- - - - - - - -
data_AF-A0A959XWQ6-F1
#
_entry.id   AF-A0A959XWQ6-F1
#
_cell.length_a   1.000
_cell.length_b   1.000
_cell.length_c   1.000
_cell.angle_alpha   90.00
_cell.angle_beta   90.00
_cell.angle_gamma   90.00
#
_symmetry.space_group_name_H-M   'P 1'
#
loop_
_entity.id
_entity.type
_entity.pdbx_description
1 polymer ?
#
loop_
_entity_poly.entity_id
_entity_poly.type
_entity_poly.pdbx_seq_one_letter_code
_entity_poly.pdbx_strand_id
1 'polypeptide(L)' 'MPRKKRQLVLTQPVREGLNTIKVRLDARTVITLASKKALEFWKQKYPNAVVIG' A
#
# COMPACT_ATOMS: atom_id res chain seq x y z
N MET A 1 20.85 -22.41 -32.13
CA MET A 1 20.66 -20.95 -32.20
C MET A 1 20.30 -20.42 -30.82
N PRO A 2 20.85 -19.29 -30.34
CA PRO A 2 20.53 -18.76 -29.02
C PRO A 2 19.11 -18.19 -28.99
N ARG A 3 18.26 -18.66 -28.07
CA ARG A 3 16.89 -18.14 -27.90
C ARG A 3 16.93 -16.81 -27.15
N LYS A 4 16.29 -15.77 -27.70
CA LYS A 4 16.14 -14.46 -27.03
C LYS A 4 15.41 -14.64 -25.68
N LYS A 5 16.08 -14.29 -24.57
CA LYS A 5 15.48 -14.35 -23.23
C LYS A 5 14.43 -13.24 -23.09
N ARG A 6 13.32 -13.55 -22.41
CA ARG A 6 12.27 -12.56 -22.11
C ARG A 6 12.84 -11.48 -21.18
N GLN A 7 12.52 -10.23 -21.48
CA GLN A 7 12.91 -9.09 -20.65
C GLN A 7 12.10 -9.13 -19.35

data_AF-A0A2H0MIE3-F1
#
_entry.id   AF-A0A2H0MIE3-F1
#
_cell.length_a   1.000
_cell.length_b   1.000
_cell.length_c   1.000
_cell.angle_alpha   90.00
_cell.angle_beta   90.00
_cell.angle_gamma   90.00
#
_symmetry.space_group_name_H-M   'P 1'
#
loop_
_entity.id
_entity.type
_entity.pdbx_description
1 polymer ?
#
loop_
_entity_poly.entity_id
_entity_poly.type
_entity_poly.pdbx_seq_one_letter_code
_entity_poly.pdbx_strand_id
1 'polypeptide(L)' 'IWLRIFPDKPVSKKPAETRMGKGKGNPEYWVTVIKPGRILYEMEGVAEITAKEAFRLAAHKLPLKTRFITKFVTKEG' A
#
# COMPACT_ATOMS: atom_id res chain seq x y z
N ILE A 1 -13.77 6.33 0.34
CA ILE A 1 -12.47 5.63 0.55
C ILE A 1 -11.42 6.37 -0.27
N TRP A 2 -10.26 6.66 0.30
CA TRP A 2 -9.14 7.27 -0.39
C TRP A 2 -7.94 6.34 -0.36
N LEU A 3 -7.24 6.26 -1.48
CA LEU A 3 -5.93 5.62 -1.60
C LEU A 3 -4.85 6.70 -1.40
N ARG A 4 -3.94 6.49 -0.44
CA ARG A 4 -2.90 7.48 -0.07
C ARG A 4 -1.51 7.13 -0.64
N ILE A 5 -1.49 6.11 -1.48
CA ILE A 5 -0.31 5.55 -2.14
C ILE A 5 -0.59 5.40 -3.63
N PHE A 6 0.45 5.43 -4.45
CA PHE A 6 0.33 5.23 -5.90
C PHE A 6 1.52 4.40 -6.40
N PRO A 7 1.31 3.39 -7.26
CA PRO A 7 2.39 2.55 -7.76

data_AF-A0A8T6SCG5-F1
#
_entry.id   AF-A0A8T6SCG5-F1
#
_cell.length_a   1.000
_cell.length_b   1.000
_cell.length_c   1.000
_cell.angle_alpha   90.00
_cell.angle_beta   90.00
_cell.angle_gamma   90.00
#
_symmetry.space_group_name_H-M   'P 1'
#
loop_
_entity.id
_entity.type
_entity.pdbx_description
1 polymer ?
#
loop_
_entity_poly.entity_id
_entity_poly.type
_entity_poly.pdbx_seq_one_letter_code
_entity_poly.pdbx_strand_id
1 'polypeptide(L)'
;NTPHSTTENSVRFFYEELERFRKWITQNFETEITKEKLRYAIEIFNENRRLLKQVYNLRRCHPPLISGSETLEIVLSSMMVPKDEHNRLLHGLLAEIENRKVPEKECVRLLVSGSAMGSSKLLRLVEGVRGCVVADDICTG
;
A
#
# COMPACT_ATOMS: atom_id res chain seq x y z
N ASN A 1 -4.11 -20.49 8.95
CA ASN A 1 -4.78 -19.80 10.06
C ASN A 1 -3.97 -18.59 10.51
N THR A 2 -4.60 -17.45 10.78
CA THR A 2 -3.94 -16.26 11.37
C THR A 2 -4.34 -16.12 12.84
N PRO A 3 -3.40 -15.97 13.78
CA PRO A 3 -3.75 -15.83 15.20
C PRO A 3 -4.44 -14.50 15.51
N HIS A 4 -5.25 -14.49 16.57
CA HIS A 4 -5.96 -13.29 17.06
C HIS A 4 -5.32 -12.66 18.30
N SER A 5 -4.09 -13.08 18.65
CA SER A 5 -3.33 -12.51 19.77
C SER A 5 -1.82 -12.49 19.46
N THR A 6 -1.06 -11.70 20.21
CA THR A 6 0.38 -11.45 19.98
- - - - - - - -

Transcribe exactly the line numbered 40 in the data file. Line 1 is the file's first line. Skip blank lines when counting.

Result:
N LYS A 5 16.08 -14.29 -24.57